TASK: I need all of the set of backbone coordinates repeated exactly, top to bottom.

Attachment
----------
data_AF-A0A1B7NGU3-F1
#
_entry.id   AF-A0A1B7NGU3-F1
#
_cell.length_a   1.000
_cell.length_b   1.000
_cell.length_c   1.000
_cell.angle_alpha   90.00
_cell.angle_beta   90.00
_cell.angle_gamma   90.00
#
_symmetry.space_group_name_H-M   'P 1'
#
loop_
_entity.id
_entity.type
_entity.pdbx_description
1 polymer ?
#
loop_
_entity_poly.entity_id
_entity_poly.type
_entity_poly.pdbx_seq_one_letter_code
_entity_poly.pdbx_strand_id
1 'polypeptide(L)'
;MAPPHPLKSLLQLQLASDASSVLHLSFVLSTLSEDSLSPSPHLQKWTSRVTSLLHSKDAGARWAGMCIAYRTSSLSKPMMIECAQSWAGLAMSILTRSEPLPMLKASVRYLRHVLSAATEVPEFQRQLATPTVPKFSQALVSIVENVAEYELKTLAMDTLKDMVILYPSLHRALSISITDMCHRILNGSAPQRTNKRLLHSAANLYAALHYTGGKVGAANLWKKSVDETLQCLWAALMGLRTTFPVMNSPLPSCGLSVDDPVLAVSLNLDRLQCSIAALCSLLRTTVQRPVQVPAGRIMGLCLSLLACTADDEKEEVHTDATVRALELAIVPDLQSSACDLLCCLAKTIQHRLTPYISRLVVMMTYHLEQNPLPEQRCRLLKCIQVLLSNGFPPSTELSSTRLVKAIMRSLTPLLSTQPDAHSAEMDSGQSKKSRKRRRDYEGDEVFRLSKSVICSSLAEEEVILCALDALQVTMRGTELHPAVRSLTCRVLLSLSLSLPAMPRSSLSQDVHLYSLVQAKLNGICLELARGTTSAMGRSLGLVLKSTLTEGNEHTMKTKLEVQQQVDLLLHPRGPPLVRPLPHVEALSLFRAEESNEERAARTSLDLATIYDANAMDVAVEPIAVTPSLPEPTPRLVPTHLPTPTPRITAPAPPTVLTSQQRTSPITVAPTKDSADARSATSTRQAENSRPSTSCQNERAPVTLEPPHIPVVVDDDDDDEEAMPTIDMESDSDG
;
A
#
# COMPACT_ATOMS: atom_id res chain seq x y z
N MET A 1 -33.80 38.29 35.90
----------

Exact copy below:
data_AF-A0A1B7NGU3-F1
#
_entry.id   AF-A0A1B7NGU3-F1
#
_cell.length_a   1.000
_cell.length_b   1.000
_cell.length_c   1.000
_cell.angle_alpha   90.00
_cell.angle_beta   90.00
_cell.angle_gamma   90.00
#
_symmetry.space_group_name_H-M   'P 1'
#
loop_
_entity.id
_entity.type
_entity.pdbx_description
1 polymer ?
#
loop_
_entity_poly.entity_id
_entity_poly.type
_entity_poly.pdbx_seq_one_letter_code
_entity_poly.pdbx_strand_id
1 'polypeptide(L)'
;MAPPHPLKSLLQLQLASDASSVLHLSFVLSTLSEDSLSPSPHLQKWTSRVTSLLHSKDAGARWAGMCIAYRTSSLSKPMMIECAQSWAGLAMSILTRSEPLPMLKASVRYLRHVLSAATEVPEFQRQLATPTVPKFSQALVSIVENVAEYELKTLAMDTLKDMVILYPSLHRALSISITDMCHRILNGSAPQRTNKRLLHSAANLYAALHYTGGKVGAANLWKKSVDETLQCLWAALMGLRTTFPVMNSPLPSCGLSVDDPVLAVSLNLDRLQCSIAALCSLLRTTVQRPVQVPAGRIMGLCLSLLACTADDEKEEVHTDATVRALELAIVPDLQSSACDLLCCLAKTIQHRLTPYISRLVVMMTYHLEQNPLPEQRCRLLKCIQVLLSNGFPPSTELSSTRLVKAIMRSLTPLLSTQPDAHSAEMDSGQSKKSRKRRRDYEGDEVFRLSKSVICSSLAEEEVILCALDALQVTMRGTELHPAVRSLTCRVLLSLSLSLPAMPRSSLSQDVHLYSLVQAKLNGICLELARGTTSAMGRSLGLVLKSTLTEGNEHTMKTKLEVQQQVDLLLHPRGPPLVRPLPHVEALSLFRAEESNEERAARTSLDLATIYDANAMDVAVEPIAVTPSLPEPTPRLVPTHLPTPTPRITAPAPPTVLTSQQRTSPITVAPTKDSADARSATSTRQAENSRPSTSCQNERAPVTLEPPHIPVVVDDDDDDEEAMPTIDMESDSDG
;
A
#
# COMPACT_ATOMS: atom_id res chain seq x y z
N MET A 1 -33.80 38.29 35.90